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rhamphotheca:

Calculating the Language of Babel 
by Sara Reardon
To an extraterrestrial, human language would be nonsensical. For starters, there are thousands of languages, many of which sound nothing like each other, and each language has thousands of words that appear to have no rhyme or reason. By creating “alien languages” and teaching them to volunteers, researchers are trying to better understand what about a language makes it learnable and how languages might have evolved.
Words don’t necessarily sound like or look like the object they connote. For example, the word “microorganism” is long, although the creatures themselves are tiny, whereas the huge whale has to make do with a very short moniker. Despite this, many languages do have what Padraic Monaghan of Lancaster University in the United Kingdom, calls “pockets of systematicity.” Many English words beginning with “sn,” for instance, tend to have something to do with the nose: sneeze, snort, snot. In many languages, vowels made with the back of the tongue, such as “o” and “ah,” tend to appear in words that describe something big (boulder), whereas vowels made at the front of the mouth, such as “ee,” often denote something smaller (flea). It’s unclear why these “pockets” exist: whether they’re accidents or are somehow tied to language learning. “Maybe they get people going” when they’re learning a new language, Monaghan speculates…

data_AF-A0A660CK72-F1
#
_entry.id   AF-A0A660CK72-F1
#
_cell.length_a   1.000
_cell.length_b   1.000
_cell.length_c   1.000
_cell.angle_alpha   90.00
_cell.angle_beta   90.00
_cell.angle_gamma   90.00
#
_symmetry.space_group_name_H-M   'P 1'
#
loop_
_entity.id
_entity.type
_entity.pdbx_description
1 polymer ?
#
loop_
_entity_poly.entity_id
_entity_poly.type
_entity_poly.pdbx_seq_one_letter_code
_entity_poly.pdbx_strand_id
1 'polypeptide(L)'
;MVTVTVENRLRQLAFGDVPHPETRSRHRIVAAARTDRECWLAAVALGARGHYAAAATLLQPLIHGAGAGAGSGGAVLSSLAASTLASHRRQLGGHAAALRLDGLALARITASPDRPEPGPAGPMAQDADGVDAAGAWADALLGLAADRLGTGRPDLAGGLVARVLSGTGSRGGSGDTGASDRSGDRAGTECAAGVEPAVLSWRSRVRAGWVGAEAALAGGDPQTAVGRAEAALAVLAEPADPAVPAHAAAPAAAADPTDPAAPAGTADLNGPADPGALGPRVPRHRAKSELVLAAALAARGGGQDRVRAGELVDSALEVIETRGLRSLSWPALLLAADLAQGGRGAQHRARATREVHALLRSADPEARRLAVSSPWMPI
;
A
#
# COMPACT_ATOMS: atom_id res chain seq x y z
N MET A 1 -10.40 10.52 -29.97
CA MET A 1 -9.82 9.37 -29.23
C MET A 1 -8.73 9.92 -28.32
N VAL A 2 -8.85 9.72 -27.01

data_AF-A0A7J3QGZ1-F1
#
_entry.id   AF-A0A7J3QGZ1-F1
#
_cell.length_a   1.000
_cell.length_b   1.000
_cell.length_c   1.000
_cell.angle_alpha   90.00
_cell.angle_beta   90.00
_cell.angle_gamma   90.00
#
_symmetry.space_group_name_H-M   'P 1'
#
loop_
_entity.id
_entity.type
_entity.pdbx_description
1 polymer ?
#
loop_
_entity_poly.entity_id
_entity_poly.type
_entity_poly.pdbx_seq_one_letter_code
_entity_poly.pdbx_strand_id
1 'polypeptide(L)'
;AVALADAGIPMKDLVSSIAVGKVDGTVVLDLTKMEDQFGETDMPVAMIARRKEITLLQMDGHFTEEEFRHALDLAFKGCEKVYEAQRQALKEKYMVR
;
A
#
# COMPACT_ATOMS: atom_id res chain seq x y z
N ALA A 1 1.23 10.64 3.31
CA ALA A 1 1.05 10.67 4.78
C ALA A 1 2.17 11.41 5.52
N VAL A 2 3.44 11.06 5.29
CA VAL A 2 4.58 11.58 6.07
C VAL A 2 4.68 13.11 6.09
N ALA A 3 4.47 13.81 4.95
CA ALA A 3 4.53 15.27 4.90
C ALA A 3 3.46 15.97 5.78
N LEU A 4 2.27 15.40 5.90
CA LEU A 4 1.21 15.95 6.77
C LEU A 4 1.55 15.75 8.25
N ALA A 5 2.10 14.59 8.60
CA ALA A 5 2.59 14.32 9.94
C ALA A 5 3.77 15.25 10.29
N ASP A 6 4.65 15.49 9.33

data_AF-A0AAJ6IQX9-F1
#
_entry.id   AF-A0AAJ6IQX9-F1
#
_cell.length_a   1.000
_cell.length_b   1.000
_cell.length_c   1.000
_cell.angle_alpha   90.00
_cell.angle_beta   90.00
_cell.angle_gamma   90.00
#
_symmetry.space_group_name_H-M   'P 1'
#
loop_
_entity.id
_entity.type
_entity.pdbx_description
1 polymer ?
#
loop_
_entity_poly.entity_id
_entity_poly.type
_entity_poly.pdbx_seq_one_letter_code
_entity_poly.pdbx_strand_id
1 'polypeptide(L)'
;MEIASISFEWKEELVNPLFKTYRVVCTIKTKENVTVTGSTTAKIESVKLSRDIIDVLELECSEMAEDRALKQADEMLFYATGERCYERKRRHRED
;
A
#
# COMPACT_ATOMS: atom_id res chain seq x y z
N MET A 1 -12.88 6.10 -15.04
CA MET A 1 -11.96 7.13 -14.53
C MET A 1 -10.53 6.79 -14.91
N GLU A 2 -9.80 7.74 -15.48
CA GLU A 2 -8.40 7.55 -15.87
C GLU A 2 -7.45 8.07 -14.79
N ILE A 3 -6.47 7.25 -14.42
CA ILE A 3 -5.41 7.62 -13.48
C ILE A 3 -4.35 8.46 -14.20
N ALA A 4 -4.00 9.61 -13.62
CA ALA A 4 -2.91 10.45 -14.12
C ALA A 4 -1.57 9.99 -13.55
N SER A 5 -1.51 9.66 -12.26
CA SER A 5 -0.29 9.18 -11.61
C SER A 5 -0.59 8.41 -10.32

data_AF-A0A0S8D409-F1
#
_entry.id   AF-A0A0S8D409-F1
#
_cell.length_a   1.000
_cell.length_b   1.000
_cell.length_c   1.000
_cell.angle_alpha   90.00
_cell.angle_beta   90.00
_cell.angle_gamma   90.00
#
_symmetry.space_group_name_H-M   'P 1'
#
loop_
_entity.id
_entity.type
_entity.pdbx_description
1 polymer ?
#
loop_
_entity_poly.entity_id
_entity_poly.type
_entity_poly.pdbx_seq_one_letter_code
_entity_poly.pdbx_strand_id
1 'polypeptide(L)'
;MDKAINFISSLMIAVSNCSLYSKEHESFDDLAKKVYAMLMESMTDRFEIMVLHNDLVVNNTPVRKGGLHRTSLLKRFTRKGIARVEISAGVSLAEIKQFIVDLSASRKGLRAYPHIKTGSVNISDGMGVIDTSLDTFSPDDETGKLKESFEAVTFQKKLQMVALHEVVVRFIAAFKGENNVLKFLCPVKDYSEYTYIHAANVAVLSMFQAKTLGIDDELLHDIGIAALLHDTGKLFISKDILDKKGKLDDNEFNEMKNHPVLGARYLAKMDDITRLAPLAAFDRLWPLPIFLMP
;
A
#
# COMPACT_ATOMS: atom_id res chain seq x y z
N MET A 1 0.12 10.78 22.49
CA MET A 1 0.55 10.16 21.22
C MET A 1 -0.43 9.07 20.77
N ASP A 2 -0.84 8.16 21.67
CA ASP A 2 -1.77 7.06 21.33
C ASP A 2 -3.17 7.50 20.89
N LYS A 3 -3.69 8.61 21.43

(read more: Science NOW)  
(image: The Tower of Babel by Pieter Bruegel the Elder - 1563)

 for those of you who like to read
http://en.wikipedia.org/wiki/The_Language_Instinct

rhamphotheca:

Calculating the Language of Babel

by Sara Reardon

To an extraterrestrial, human language would be nonsensical. For starters, there are thousands of languages, many of which sound nothing like each other, and each language has thousands of words that appear to have no rhyme or reason. By creating “alien languages” and teaching them to volunteers, researchers are trying to better understand what about a language makes it learnable and how languages might have evolved.

Words don’t necessarily sound like or look like the object they connote. For example, the word “microorganism” is long, although the creatures themselves are tiny, whereas the huge whale has to make do with a very short moniker. Despite this, many languages do have what Padraic Monaghan of Lancaster University in the United Kingdom, calls “pockets of systematicity.” Many English words beginning with “sn,” for instance, tend to have something to do with the nose: sneeze, snort, snot. In many languages, vowels made with the back of the tongue, such as “o” and “ah,” tend to appear in words that describe something big (boulder), whereas vowels made at the front of the mouth, such as “ee,” often denote something smaller (flea). It’s unclear why these “pockets” exist: whether they’re accidents or are somehow tied to language learning. “Maybe they get people going” when they’re learning a new language, Monaghan speculates…

(read more: Science NOW)  

(image: The Tower of Babel by Pieter Bruegel the Elder - 1563)

 for those of you who like to read

http://en.wikipedia.org/wiki/The_Language_Instinct